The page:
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Wed, Aug. 04

Rafael Fire update: Areas south of I-40 and west of I-17 on 'SET' category for evacuations
Garland Prairie and Pine Aire residents remain in 'SET' category

The Rafael Fire was discovered on June 18. It was the result of passing predominantly dry thunderstorms. (Photo/Inciweb)

The Rafael Fire was discovered on June 18. It was the result of passing predominantly dry thunderstorms. (Photo/Inciweb)

Update:

FLAGSTAFF, Ariz. - Increased activity on the Rafael Fire has placed all areas south of 1-40, west of I-17, including University Heights, Kachina Village, Forest Highlands, Pine Dell and Woody Mountain Road in SET status.

Residents in these areas should begin preparing for possible GO orders to evacuate.

The public is advised that conditions are changing rapidly and vendors at Whitehorse and Dogtown Lakes are warning visitors to be vigilant.

Coconino County Emergency Management (CCEM) has activated an Emergency Operations Center in response to the Rafael Fire. A call center has also been set up to answer questions. Residents may call (928) 679.8647 or email rafaelfire@coconino.az.gov

photo

(Photo/USFS)

Original story:

Residents in South Garland Prairie and Pine Aire subdivisions have been placed in the SET category, as of noon June 21, for possible evacuation because of the Rafael Fire.

The fire has burning in the Sycamore Canyon area south of I-40 and east of Williams.

The fire has burned 20,000 acres, up from 10,000 acres reported the night of June 20.

The Arizona Emergency Information Network outlines the three steps for evacuations as follows:

READY – Prepare Now

  • Be aware of the hazards that can threaten your community.
  • Take steps now to prepare for seasonal threats.
  • Register with your county/tribal emergency notification system.
  • Connect with your local emergency management office, sheriff's office and public health department on social media.
  • Make a family evacuation and communication plan that includes family phone numbers, out-of-town contacts and family meeting locations. Keep in mind physical distancing recommendations, wearing face coverings or other public health recommendations.
  • Build an emergency go kit with enough food, water and necessary supplies for at least 72 hours. Include supplies to help keep you and your family healthy, such as face coverings, hand sanitizer and sanitizing wipes. Start with the five P’s; people and pet supplies, prescriptions, papers, personal needs and priceless items.
  • Check with your neighbors, family, friends and elders through video chats or phone calls to ensure they are READY.
  • Keep up to date on local news, weather watches, weather warnings and public health recommendations

SET – Be Alert

  • Know there is significant danger in your area.
  • Residents should consider voluntarily relocating to a shelter or with family/friends outside the affected area. Residents should avoid close contact with those who are sick and should practice public health recommendations when relocating.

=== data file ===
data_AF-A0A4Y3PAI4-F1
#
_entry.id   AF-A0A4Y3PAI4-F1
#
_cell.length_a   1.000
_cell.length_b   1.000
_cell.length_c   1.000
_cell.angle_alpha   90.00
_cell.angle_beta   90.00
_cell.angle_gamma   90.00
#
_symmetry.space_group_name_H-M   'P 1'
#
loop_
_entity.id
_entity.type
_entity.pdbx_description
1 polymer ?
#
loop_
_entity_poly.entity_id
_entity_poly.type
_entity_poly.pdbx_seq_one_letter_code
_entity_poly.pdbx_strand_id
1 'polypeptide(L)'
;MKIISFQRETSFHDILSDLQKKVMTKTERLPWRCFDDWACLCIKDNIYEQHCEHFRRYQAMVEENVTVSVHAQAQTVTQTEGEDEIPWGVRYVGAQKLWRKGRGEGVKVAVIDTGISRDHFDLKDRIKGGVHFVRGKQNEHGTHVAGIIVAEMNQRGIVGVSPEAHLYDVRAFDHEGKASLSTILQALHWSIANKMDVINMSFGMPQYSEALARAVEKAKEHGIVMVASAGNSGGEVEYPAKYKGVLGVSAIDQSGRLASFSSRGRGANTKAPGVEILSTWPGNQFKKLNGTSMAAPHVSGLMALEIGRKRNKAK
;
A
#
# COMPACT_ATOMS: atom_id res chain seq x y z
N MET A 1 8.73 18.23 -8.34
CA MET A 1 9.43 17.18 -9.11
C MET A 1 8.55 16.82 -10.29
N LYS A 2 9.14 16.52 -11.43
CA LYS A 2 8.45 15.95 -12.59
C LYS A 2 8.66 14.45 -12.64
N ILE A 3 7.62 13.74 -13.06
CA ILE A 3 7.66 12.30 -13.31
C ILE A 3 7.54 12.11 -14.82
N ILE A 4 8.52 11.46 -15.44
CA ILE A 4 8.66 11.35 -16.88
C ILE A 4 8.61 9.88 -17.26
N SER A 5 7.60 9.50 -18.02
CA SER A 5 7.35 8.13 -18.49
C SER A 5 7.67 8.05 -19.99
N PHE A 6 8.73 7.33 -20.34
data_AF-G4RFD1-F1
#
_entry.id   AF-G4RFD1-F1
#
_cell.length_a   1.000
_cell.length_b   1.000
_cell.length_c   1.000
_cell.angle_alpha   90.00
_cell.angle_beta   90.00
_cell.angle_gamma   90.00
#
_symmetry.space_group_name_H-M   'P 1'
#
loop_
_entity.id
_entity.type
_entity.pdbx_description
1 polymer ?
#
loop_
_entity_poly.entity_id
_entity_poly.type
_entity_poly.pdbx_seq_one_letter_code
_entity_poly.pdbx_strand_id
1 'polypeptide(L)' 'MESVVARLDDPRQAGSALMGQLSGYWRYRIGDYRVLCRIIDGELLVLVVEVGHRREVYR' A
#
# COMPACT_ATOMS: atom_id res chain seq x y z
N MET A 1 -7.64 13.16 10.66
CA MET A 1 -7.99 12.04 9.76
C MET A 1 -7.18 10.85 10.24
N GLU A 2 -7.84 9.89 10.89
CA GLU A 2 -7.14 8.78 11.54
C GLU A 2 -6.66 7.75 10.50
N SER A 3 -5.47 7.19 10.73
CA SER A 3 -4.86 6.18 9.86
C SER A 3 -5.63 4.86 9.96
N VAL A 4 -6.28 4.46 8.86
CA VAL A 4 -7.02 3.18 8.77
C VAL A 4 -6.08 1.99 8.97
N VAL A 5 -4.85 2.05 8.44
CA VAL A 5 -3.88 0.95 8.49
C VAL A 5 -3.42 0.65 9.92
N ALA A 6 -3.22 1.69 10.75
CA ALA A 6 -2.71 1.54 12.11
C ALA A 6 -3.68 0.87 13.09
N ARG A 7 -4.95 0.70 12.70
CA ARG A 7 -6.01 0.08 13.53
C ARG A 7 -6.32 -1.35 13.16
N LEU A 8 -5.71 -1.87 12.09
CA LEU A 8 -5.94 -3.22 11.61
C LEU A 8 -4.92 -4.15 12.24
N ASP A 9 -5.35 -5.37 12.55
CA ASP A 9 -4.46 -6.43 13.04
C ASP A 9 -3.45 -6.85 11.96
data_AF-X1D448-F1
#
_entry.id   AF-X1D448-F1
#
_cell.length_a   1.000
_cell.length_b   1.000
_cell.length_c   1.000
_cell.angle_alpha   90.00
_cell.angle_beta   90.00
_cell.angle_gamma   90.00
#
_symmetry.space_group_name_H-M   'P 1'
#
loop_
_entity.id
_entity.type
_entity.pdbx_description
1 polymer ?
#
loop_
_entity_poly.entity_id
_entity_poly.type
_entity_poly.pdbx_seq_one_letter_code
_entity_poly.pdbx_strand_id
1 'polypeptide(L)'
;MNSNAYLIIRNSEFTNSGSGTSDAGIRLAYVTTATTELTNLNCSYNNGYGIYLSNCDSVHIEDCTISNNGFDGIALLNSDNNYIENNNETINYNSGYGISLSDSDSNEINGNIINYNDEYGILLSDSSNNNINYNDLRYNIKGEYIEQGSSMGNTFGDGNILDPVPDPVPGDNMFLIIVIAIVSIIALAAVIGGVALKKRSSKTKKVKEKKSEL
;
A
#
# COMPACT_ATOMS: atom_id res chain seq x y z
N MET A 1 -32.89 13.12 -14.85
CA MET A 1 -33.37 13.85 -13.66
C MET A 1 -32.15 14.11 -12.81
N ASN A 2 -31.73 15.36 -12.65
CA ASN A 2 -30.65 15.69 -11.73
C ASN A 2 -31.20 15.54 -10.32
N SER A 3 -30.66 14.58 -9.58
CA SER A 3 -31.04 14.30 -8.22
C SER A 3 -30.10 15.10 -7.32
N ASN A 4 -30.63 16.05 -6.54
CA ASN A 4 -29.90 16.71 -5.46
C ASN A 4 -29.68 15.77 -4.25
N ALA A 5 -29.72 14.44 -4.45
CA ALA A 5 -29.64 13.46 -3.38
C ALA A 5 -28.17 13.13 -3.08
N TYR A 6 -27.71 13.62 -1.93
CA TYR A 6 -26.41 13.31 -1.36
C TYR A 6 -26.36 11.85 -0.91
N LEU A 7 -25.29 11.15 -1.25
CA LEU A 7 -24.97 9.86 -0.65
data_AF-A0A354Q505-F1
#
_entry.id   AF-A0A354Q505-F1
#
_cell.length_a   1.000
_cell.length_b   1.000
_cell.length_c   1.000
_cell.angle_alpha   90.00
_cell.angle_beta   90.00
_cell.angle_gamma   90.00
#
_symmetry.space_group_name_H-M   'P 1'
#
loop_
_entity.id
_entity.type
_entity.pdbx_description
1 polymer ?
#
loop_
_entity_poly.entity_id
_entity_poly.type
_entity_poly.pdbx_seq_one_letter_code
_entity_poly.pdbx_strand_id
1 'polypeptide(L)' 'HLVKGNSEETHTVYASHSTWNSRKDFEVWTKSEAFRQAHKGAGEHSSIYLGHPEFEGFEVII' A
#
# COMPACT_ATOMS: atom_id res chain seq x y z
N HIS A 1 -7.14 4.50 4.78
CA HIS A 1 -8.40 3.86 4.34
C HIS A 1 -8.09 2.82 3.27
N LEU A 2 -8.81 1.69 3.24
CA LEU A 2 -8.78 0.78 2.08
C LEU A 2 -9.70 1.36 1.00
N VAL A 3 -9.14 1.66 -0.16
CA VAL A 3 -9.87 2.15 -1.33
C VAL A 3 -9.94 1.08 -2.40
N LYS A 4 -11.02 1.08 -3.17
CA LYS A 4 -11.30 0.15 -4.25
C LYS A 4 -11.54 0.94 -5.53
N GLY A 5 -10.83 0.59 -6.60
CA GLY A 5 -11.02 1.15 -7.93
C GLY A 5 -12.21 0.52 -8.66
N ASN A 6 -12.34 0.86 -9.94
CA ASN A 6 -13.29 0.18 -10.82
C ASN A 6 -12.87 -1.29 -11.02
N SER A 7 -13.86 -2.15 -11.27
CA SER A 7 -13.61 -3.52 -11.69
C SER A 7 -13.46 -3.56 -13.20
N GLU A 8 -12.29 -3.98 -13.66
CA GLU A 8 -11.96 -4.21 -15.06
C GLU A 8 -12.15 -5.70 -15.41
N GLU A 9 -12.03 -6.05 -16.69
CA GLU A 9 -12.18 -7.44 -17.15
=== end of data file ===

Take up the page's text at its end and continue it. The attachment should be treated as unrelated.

• Grab your emergency go kit.
  • Keep in mind unique needs for your family or special equipment for pets and livestock.
  • Stay aware of the latest news and information from public safety and public health officials.
  • This might be the only notice you receive. Emergency services cannot guarantee they will be able to notify everyone if conditions rapidly deteriorate. Be SET to GO.

GO! – Evacuate

  • Danger in your area is imminent and life threatening.
  • Residents should evacuate immediately to a shelter or with family/friends outside of the affected area. Residents should avoid close contact with those who are sick and should practice public health recommendations when relocating.
  • If you choose to ignore this advisement, you must understand emergency services may not be able to assist you further.
  • Follow instructions from emergency personnel, stay on designated evacuation routes and avoid closed areas.

The AEIN recommends focusing on the 5 P’s of Evacuation:

People and Pets and other animals/livestock and supplies.

Prescriptions with dosages, medicines, medical equipment, vision and hearing aids, batteries and power cords, face coverings, hand sanitizer and sanitizing wipes.

Papers including important documents (hard copies and/or electronic copies saved on external hard drives or thumb drives), insurance papers, contacts.

Personal Needs including clothing, water, baby supplies, food, cash, credit cards, first aid kits, phones, and chargers. Items for people with access and/or functional needs, such as older adults and children.

Priceless items including photos, irreplaceable mementos and other valuables.

More information is available at Inciweb.

Follow the Williams News for updates

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